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PRET Antibiotic Study

The PRET antibiotic study is a randomized, community-based trial taking place simultaneously in three African countries of differing trachoma endemicity levels: Tanzania (mesoendemic), Niger (hyperendemic) and The Gambia (hypoendemic).  Study sites were selected based on established local partnerships, the level of commitment to eliminate the disease and generalizability of study results to other countries.

The PRET study will evaluate alternative antibiotic coverage levels and frequencies of mass azithromycin distribution for the treatment of trachoma.  Study data will help to develop a strong evidence base for the long term, mass treatment approach to azithromycin and clear guidelines for when stopping mass treatment is most effective for trachoma control.

Sheila West, PhD, of Johns Hopkins University is principle investigator of this study that will be conducted in Kongwa, Tanzania.


The specific study objectives are as follows:

1. To determine the effective coverage (above 80% in children) of annual mass azithromycin treatment necessary for rapid reduction of infection to less than 5%.

2. To determine the potential re-emergence of infection and disease when using a laboratory-based strategy to identify communities where antibiotic intervention may not be further indicated, based on estimated absence of infection, and communities can be “graduated” from mass treatment.

3.  To determine if mass azithromycin administration every six months is more cost-effective than yearly treatment in rapid reduction of infection in hyper-endemic environments. 

4. Evaluate the effect on re-emergence of graduating villages which have evidence of low rates of infection, or meet World Health Organization (WHO) definition of low disease prevalence.

5. To develop mathematical models for use as public health planning tools to estimate the frequency and coverage of treatment necessary to determine a steep trajectory for elimination.


PRET Countries

The Gambia

In The Gambia, there has been a decline in the national prevalence of active trachoma in recent years--from 20% to 7% in national surveys in 1986 and 1996--but a survey in 2006 showed that substantial parts of Lower River Division (LRD) and North Bank Division (NBD) still have more than 10% prevalence of active trachoma in children under 10 (hypoendemic). In addition, there is evidence that active trachoma persists at potentially blinding levels elsewhere in the country. Our program has identified 11 rural districts (from 5-20,000 population) and a total population of 150,000 who need mass treatment based on the WHO criteria.  The London School of Hygiene and Tropical Medicine is working with this study site.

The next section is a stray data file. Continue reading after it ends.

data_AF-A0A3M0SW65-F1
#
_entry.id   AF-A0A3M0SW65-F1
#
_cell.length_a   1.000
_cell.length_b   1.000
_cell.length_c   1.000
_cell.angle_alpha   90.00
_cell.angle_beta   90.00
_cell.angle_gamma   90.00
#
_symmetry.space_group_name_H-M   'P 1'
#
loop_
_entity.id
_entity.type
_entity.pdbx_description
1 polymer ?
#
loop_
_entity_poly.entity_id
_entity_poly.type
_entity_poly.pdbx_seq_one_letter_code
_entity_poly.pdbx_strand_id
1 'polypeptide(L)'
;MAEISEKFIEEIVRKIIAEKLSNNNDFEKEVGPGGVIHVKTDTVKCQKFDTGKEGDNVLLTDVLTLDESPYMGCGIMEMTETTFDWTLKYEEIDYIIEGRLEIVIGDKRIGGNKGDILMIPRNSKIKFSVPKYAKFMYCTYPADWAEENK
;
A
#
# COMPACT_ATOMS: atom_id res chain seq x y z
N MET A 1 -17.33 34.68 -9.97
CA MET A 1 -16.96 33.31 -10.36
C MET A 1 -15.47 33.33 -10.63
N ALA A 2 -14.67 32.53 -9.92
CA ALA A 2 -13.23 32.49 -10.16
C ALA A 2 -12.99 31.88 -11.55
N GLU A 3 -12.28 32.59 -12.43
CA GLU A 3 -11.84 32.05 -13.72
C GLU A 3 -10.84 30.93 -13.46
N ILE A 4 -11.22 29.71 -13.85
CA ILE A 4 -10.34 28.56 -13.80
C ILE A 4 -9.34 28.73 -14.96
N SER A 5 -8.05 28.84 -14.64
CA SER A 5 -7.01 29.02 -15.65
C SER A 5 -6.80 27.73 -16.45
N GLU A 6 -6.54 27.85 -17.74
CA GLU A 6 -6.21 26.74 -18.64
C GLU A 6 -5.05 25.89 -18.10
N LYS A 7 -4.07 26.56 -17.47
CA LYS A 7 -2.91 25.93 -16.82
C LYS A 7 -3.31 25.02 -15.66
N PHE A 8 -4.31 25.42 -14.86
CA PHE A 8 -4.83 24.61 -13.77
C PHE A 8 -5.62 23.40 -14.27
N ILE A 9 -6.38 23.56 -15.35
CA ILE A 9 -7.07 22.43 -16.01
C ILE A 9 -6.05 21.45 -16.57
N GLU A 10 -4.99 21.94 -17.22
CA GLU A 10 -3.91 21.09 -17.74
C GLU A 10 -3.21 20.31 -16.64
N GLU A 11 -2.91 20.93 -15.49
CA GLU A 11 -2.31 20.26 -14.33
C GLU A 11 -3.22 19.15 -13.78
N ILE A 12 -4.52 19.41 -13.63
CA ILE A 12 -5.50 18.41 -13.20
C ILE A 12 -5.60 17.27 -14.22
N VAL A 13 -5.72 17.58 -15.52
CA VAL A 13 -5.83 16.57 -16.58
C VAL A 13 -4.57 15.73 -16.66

Tanzania

Trachoma is prevalent throughout Tanzania (mesoendemic), with the Dodoma region exhibiting the highest rates. Kongwa is a district in Dodoma, comprised of 66 villages that have average populations of 2,000-3,000 composed largely of subsistence farmers. In collaboration with Johns Hopkins University, the Kongwa Trachoma Project was started in 1986 to document the burden of disease, and it has since been the field site for studies of trachoma, including the development of diagnostics, immunological studies, and clinical trials of face washing, fly control, and azithromycin use in communities. In this setting, program activities over the last eight years have reduced infection and disease from greater than 50% to 30%, but at a slow pace. We expect that with more rigorous coverage and surveys to stop mass treatment when warranted, we can improve cost effectiveness of the programs. However, provision of quality surgical services is still a massive problem, with recurrence rates reported as high as 45% two years following surgery. 

Niger

The Proctor Foundation is working in collaboration with the Niger Ministry of Health and Niger’s country programs. This study site is an area with hyper-endemic trachoma. The study addresses questions of treatment coverage and frequency, and whether treatment of children can reduce infection in the entire community. Matameye was last treated in 2006 and has received no SAFE programming since. The most recent prevalence is 40.5%. In Niger, our program has identified 48 grappes (villages) of population size 250-600 people. No other research partnership has the breadth and ability to undertake such a comprehensive, and critical, proposal for trachoma control. We have proposed the dissemination of results in a format for country National Trachoma Control programs and Ministry of Health, the ultimate end users who need this evidence base to drive improvements in implementation of SAFE for trachoma elimination.